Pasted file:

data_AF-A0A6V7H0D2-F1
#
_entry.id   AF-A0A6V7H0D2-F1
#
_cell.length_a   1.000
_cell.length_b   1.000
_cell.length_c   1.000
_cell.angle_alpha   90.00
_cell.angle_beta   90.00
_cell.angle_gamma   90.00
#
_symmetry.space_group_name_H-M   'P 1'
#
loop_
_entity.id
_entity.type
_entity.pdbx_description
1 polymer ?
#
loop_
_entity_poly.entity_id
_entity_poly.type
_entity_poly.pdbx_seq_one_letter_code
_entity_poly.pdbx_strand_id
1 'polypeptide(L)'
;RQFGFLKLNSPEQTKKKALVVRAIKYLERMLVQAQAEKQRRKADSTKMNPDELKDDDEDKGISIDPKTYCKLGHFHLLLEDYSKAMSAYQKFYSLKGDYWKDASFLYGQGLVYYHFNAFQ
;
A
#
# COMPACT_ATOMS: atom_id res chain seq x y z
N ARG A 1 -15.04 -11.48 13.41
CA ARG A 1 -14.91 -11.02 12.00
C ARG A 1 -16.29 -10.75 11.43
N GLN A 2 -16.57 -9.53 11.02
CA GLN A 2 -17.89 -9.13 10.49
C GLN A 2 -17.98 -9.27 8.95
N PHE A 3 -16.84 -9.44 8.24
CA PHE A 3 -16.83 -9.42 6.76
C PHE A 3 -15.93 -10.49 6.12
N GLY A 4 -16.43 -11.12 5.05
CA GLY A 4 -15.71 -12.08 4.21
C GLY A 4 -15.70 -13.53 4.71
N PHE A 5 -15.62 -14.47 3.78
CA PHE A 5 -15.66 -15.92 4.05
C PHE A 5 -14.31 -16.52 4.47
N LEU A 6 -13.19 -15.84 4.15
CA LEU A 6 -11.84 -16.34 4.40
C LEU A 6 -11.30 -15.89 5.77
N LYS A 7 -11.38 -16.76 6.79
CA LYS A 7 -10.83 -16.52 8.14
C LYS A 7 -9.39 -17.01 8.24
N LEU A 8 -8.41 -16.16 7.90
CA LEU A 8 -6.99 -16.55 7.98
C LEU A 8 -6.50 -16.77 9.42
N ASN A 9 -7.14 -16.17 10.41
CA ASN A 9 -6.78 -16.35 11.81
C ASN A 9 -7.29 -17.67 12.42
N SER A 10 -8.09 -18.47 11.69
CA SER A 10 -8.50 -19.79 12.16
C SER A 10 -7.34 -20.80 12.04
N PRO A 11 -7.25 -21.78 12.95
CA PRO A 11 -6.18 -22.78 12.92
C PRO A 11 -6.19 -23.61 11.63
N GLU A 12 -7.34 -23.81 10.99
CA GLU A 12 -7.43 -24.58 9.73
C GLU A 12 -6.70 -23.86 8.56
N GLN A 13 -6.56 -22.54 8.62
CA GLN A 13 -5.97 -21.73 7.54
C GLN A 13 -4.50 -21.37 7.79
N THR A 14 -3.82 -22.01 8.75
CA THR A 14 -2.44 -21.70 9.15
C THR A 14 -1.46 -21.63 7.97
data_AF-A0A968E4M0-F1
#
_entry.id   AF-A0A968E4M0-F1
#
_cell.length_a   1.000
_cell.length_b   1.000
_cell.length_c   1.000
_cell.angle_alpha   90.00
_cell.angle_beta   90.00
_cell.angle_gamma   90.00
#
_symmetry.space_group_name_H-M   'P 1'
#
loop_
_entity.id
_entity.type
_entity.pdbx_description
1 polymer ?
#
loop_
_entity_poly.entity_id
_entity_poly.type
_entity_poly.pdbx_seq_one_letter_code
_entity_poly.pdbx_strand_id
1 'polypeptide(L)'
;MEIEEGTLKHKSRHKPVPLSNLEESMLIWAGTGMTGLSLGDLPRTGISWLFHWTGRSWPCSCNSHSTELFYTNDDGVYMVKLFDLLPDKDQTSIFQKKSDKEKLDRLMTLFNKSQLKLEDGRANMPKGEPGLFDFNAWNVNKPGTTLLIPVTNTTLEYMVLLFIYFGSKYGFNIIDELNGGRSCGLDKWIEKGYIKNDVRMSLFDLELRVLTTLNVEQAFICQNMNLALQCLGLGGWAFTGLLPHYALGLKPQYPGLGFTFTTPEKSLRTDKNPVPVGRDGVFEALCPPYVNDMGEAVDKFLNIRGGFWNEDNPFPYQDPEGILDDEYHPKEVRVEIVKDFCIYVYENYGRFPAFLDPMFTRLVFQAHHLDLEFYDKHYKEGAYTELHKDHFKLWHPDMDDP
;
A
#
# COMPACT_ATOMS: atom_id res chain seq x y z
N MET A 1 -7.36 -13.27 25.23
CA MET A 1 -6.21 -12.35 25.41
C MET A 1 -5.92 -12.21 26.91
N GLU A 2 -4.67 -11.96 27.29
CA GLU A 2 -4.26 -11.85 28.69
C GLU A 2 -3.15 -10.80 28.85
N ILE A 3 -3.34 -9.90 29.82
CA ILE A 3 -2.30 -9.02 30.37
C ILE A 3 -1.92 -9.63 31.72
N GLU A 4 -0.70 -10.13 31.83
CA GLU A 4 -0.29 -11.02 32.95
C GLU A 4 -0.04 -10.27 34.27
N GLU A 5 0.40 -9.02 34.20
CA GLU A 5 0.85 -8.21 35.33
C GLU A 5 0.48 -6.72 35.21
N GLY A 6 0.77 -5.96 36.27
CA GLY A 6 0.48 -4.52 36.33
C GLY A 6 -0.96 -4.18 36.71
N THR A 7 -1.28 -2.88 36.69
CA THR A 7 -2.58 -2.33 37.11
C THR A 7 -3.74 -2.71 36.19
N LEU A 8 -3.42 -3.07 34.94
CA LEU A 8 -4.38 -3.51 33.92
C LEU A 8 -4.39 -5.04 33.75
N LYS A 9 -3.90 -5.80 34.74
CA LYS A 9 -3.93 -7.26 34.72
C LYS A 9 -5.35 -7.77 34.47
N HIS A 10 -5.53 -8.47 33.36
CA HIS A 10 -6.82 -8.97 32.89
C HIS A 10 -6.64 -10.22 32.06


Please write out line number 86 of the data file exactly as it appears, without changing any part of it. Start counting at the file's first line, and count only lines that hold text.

loop_